Electric Scooter Motors Guide [What You Should Know + Real vs Peak Power, Geared vs Gearless, Brushed vs Brushless]

The electric scooter motor is a key component. When buying a scooter, deciding on the motor type will be one of the biggest decisions you will have to make.

That’s why I made a complete guide to electric scooter motors to help you understand everything you need to know about them.

simplified diagram of a motor with magnets

By any means, you don’t need to become a mechanic or an expert. But just being familiar with the basics of electric scooter motors will help you know what you need, and ultimately, pick a better model and save money.

Let’s briefly answer some of the most common questions, and cover each of the main properties.

Do electric scooters have motors?

Every electric scooter will have a motor by definition. If a vehicle doesn’t have a motor, it’s not an electric scooter. The same goes for a battery, every electric scooter will have one.

Which motor is used in an electric scooter?

Today, most electric scooters will have hub motors, which are motors embedded in the wheels. Newer models will tend to have brushless DC motors, as that technology provides some benefits over the older, brushed motors.

Electric scooter motor specifications

SpecificationMetric
Real powerWatts (W)
Peak powerWatts (W)
Motor voltageVolts (V)
TorqueNewton-meters (Nm)
Revolutions per minuteNumber (RPM)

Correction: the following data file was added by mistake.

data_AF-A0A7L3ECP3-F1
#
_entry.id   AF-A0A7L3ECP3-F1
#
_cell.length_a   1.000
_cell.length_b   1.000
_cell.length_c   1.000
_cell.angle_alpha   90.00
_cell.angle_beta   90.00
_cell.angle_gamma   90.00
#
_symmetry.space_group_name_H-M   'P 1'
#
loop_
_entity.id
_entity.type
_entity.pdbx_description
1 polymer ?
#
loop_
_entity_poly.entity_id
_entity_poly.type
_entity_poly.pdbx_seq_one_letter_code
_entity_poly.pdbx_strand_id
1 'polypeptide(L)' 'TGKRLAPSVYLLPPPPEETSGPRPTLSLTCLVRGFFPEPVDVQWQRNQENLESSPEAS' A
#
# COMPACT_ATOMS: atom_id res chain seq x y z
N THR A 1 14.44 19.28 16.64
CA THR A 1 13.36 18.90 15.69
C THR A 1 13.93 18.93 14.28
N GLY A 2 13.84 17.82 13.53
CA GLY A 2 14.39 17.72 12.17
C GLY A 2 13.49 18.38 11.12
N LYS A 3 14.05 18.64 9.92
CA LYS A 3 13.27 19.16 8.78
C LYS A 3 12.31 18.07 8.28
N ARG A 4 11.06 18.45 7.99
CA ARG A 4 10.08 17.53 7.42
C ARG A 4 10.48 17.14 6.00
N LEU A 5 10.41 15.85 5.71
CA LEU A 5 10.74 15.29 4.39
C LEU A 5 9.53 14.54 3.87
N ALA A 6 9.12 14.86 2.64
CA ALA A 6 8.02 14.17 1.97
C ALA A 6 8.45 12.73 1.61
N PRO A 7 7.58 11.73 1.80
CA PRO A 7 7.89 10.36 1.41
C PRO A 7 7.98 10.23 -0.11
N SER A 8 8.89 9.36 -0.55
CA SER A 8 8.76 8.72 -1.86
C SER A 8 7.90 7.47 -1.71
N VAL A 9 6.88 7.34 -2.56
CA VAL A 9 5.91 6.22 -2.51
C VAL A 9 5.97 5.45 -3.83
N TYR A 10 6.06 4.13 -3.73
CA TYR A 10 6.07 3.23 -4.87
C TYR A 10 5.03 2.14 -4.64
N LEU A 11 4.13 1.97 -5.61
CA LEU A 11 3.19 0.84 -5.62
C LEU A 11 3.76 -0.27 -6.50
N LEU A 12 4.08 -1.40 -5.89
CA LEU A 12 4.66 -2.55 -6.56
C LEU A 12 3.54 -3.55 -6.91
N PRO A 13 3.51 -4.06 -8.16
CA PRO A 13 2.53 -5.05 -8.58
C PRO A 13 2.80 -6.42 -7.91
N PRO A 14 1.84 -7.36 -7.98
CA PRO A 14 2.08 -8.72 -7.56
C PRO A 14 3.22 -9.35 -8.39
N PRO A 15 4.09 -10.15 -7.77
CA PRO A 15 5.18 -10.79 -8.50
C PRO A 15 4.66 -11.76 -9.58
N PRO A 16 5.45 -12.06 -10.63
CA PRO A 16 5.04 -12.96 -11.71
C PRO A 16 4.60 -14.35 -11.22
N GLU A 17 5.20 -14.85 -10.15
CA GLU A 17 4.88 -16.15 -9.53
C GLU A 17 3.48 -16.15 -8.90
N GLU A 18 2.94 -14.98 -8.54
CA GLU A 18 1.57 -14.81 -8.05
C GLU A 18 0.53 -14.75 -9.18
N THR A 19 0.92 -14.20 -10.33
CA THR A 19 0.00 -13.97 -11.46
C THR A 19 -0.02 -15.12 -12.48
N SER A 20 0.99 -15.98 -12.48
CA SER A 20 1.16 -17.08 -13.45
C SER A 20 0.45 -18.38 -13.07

A great way to know the quality of an electric scooter motor is through the specifications. Usually, manufacturers list the motor’s power (real and/or peak) in Watts, which is the most useful metric to determine the motor’s ability. Other useful specifications are the motor’s voltage expressed in Volts, its rotations-per-minute or revolutions-per-minute, which are expressed as numbers (sometimes followed by “RPM“), and the motor’s torque, expressed in Newton-meters, or Nm.

How do electric scooter motors work?

How motors work depends on their type. In general, the motor listens for your input through a component known as the controller. When you hit the throttle on your handlebar, the controller sends a signal to the motor to start running.

Then the motor draws energy from the battery and starts to produce movement.

The most common motor found in the everyday commuting scooter is a brushless DC, gearless hub motor. This is a very helpful video that explains how it works